Armistead Maupin is one of my favorite authors. In addition to the classic “Tales of the City” novels, his other works like “Maybe the Moon” and “The Night Listener” have been just as satisfying and endearing as the famous “Tales” series. Maupin’s writing is always a pleasure to read, what with his deft touch with comedy and an ability to spin sad events without robbing them of their urgency, and that is true here as well: The hyper-literate author goes through his life story with a devilish smile and long-ago wounds that still sting occasionally, and his sense of humor and overall energy is palpable through his words. It’s a pleasure to read what some of his literary inspirations were and how so much of his work deliberately crosses over into the gloriously ridiculous, and he manages to paint a thorough portrait of a self-actualized radical who thought of himself as a pacifist. Highly recommended for Maupin fans who may have missed this on the shelves, and it’s a delight to read for any literary aficionado.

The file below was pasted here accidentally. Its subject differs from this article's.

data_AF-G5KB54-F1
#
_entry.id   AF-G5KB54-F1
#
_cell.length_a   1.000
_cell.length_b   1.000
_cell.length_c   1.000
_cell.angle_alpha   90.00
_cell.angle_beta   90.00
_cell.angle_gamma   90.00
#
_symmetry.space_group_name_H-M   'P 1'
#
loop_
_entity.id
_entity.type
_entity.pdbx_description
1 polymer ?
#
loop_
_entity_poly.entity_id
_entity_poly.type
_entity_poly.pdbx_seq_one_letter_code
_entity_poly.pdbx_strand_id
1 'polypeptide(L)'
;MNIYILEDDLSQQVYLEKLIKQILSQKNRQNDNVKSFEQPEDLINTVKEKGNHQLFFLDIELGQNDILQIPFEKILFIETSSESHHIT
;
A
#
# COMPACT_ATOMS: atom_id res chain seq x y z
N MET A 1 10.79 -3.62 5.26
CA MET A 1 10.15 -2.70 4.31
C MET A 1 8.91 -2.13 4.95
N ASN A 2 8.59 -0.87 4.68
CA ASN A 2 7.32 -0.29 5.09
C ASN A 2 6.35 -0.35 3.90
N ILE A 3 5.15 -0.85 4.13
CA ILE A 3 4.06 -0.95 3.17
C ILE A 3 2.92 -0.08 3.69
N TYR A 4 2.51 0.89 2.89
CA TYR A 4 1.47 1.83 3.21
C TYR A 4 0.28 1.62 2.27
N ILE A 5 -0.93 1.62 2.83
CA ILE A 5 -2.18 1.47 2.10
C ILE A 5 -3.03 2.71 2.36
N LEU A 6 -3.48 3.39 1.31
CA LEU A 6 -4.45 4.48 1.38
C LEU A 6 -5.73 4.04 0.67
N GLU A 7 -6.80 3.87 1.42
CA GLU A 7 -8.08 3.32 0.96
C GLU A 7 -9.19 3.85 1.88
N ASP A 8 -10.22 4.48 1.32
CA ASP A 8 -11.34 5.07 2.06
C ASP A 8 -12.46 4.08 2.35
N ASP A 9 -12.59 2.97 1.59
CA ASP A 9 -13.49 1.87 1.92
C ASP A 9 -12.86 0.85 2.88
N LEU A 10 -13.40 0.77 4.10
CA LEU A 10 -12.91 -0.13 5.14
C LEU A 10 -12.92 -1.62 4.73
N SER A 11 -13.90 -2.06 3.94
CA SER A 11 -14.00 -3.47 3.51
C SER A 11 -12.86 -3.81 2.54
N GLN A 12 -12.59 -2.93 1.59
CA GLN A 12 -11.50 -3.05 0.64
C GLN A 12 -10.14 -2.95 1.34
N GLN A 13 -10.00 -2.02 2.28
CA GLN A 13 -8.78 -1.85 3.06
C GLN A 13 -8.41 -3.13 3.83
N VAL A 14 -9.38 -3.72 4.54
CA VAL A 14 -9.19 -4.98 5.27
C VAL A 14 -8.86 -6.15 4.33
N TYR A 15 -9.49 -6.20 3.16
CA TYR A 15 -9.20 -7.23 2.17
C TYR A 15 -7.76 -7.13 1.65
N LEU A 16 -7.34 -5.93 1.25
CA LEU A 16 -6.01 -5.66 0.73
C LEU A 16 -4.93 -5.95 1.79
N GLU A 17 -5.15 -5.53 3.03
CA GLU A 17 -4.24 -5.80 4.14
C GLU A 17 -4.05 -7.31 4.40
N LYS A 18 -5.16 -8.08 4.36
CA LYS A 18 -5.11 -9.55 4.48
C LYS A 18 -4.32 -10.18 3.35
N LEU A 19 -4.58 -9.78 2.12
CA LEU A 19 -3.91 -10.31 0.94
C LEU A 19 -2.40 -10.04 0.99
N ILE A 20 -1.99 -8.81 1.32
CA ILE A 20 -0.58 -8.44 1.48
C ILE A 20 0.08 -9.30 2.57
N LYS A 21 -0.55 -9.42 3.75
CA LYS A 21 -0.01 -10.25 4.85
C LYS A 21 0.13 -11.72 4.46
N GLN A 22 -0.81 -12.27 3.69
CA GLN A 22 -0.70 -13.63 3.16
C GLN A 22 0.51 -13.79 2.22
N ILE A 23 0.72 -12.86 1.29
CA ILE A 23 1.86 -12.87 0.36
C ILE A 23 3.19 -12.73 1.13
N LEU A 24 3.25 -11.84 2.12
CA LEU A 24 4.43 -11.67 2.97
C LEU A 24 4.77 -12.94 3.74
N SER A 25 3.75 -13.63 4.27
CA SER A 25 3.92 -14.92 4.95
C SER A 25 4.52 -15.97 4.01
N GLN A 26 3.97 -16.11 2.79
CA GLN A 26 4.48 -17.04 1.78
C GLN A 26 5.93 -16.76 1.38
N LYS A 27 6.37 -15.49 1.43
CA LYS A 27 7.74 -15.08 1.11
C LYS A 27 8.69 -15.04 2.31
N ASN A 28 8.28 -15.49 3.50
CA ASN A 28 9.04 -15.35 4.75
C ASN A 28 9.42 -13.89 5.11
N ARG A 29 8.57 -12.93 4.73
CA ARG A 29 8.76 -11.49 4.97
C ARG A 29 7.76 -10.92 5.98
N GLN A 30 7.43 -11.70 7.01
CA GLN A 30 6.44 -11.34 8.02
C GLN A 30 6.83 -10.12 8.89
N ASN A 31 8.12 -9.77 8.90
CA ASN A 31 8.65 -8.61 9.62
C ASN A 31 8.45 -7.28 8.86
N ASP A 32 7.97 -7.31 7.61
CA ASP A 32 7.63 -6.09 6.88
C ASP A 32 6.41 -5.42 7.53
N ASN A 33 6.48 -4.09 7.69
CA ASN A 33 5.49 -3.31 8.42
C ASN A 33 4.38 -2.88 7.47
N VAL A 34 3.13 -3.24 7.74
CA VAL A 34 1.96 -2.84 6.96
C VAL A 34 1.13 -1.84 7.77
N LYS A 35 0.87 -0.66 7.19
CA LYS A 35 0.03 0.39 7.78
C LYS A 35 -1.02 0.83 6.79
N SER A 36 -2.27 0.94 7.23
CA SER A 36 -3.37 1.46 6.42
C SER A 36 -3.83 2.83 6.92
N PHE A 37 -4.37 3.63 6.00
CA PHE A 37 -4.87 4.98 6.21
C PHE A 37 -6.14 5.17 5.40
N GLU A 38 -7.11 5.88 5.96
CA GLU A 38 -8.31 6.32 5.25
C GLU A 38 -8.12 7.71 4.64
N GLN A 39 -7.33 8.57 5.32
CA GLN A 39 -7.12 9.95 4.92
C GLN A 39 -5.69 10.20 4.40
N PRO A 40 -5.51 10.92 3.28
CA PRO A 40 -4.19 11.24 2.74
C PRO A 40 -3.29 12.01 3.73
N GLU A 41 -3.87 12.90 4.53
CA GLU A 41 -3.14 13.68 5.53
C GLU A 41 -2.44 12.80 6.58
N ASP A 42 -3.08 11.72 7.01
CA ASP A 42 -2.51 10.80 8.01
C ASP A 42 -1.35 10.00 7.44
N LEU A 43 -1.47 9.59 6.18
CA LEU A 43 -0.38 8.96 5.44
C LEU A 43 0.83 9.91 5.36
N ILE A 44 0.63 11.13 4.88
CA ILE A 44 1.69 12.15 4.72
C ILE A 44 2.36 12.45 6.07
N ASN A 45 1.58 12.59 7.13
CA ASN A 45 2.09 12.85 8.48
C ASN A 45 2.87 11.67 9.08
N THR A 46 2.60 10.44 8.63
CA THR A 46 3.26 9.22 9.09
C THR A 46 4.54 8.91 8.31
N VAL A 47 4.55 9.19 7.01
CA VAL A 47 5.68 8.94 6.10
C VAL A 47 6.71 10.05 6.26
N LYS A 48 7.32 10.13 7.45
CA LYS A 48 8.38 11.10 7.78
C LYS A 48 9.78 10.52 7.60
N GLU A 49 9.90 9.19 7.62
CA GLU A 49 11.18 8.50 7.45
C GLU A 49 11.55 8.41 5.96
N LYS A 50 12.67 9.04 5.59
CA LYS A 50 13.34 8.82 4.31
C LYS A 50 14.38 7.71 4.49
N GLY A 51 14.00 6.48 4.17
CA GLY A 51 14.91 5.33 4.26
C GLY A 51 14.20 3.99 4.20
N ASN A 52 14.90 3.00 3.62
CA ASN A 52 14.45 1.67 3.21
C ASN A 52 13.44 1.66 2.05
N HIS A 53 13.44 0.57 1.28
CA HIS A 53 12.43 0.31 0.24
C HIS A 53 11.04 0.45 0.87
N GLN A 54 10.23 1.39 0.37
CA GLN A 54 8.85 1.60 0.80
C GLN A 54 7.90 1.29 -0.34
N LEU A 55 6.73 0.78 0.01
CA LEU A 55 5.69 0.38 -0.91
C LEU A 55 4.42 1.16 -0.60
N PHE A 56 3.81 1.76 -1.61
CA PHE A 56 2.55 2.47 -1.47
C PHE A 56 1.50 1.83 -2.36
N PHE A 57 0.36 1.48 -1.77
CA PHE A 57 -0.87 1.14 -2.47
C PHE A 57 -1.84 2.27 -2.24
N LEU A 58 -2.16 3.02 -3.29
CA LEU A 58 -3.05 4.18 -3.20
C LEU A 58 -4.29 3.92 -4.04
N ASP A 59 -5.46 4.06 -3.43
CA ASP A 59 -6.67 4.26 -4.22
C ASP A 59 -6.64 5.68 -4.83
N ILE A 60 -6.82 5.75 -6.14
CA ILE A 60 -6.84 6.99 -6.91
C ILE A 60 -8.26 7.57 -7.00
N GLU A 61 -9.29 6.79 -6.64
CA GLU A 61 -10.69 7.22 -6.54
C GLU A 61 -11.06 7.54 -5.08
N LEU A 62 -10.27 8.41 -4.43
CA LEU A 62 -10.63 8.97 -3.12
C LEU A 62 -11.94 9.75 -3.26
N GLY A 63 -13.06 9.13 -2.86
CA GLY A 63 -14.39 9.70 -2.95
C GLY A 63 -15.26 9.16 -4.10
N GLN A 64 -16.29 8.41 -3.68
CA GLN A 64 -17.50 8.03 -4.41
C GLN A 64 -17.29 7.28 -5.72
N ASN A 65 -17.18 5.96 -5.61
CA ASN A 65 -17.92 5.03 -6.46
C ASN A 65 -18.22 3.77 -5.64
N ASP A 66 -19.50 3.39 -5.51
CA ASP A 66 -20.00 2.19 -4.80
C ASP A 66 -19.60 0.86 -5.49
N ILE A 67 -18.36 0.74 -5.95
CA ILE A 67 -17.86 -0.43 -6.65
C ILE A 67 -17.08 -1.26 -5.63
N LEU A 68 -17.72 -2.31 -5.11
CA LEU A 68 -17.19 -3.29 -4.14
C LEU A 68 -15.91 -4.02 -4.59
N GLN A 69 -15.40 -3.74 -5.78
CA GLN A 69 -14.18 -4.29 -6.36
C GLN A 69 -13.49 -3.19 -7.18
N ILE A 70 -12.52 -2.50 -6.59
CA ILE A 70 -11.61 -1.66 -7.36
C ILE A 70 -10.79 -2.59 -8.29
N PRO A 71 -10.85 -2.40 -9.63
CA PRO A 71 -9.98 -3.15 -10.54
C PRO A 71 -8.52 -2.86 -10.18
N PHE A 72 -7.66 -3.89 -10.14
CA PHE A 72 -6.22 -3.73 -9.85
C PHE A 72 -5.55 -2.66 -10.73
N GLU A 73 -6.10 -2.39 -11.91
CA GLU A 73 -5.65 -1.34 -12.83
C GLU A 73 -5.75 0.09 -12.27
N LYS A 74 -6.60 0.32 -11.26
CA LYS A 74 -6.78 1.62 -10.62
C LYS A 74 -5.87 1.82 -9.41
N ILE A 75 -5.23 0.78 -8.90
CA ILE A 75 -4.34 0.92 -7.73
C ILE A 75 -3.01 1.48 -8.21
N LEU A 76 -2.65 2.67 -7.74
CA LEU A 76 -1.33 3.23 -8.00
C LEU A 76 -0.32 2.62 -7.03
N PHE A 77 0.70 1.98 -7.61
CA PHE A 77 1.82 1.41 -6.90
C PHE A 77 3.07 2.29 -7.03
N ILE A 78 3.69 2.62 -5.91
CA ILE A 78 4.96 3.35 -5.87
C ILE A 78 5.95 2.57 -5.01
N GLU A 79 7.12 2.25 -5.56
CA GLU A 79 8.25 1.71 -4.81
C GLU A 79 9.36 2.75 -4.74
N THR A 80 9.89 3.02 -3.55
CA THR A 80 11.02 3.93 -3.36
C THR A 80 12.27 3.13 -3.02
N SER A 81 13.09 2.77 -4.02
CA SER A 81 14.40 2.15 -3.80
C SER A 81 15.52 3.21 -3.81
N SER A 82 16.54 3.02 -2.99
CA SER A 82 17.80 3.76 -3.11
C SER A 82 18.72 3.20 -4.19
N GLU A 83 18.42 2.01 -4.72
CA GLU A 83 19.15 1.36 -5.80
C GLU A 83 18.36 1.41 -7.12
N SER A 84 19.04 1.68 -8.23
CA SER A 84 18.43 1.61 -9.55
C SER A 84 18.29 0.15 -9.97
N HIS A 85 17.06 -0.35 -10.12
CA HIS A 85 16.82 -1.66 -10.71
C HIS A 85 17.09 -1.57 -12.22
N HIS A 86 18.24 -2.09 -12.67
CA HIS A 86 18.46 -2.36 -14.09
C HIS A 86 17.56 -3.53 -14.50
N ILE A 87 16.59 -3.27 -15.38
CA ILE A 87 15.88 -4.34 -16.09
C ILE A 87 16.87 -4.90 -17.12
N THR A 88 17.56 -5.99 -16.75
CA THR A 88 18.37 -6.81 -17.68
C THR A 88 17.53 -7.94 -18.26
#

Rating: ★★★★ (out of 5)